Salami attack: This is where an employee of a financial institution installs a malware like a Trojan horse on the server hosting the application to withdraw a small amount of money from the subscribers’ accounts and deposit it into their account. The salami attack can be internal or external and difficult to notice since the malware modifies the data in financial systems and a small amount is deducted from the customers’ wallets [8,18,59,60,61].
Insider attacks: This is where an employee of the MMSP who has enough information about the organisation’s security practices, MMS, and data attacks the mobile money application server or MMS. According to Trulioo [62] and Musuva-Kigen et al. [10], insiders and employees of the MMSP due to inside access facilitate most mobile money fraud. This has resulted in organisations losing huge amounts of money to the tune of billions of shillings because of employee fraud within the companies or institutions [10]. Additionally, Gilman and Joyce [49] and Trulioo [62] noted that less scrupulous employees abuse their privileges by accessing customer mobile money information and stealing money from customers’ wallets.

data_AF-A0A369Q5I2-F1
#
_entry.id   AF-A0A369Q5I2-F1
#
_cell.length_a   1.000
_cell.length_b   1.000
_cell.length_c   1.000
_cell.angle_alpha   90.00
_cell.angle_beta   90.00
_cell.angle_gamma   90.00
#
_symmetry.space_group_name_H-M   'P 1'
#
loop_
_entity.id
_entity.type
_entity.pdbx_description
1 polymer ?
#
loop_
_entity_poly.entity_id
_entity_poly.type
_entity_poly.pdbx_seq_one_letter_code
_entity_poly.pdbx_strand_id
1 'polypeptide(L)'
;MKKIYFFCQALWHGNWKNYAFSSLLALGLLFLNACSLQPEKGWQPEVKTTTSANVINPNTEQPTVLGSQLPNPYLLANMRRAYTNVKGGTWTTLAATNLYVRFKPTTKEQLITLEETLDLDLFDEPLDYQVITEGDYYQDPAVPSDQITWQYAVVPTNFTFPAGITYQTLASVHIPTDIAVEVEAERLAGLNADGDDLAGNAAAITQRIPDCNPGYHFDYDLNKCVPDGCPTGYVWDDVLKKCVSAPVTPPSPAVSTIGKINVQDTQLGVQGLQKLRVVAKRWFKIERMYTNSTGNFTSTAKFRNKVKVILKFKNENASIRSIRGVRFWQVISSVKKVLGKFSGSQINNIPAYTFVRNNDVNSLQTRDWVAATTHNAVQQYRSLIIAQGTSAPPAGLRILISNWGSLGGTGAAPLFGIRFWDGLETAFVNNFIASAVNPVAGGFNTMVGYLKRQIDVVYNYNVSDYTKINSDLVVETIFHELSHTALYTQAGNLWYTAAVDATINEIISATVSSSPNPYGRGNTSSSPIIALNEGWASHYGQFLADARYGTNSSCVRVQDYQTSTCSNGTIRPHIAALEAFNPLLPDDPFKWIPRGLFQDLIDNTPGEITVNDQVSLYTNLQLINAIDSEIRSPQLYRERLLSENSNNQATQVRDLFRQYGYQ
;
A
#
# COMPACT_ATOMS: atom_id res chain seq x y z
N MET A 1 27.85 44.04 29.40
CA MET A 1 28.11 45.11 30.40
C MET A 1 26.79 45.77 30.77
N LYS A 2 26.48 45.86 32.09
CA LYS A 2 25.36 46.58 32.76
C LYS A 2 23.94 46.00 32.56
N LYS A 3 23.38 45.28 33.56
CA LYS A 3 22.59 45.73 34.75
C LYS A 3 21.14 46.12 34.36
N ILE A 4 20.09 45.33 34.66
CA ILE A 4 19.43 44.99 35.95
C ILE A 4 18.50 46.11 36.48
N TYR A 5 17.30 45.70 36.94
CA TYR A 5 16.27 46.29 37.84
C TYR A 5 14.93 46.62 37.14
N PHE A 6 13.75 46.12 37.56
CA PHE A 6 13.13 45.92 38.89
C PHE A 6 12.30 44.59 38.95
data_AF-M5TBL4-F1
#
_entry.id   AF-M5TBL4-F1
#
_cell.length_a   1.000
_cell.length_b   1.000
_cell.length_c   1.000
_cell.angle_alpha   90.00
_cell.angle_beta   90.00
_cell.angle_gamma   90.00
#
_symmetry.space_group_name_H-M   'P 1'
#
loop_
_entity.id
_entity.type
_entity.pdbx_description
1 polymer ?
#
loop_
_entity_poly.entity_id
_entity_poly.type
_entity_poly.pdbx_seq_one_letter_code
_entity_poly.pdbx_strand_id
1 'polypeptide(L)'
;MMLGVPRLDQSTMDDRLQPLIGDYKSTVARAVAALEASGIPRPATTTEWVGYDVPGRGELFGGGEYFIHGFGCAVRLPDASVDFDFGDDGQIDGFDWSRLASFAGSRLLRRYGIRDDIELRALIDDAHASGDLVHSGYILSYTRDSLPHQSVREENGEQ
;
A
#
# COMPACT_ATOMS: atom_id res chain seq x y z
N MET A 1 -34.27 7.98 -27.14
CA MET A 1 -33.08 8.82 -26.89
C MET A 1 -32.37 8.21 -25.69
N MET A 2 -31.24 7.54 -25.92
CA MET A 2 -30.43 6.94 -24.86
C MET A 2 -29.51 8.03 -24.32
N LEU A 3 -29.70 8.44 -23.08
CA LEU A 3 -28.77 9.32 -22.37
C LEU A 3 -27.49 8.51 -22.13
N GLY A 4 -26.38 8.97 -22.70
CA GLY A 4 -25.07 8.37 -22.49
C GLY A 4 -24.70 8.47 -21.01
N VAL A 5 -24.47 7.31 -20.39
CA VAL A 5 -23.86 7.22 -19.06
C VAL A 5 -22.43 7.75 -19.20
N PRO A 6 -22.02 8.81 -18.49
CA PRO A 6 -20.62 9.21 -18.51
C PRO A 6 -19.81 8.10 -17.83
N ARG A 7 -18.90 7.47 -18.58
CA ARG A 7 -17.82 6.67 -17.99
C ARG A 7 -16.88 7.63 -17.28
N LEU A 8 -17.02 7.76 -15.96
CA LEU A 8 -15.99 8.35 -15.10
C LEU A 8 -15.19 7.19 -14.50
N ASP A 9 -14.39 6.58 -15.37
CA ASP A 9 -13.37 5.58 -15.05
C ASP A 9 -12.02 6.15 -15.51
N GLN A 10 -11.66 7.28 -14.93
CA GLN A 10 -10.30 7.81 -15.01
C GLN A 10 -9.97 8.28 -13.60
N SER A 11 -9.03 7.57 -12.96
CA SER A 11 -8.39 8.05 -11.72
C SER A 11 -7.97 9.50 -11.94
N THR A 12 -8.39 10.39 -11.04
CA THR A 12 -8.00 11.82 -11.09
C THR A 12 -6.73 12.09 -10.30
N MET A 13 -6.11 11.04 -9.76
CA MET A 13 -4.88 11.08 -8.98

2.7.5. Attacks against Availability

This category is where an adversary denies mobile money users and agents access to the mobile money application server or bank server, thus rendering the service unavailable. Attacks against availability include DoS and distributed DoS (DDoS) attacks and mobile phone theft.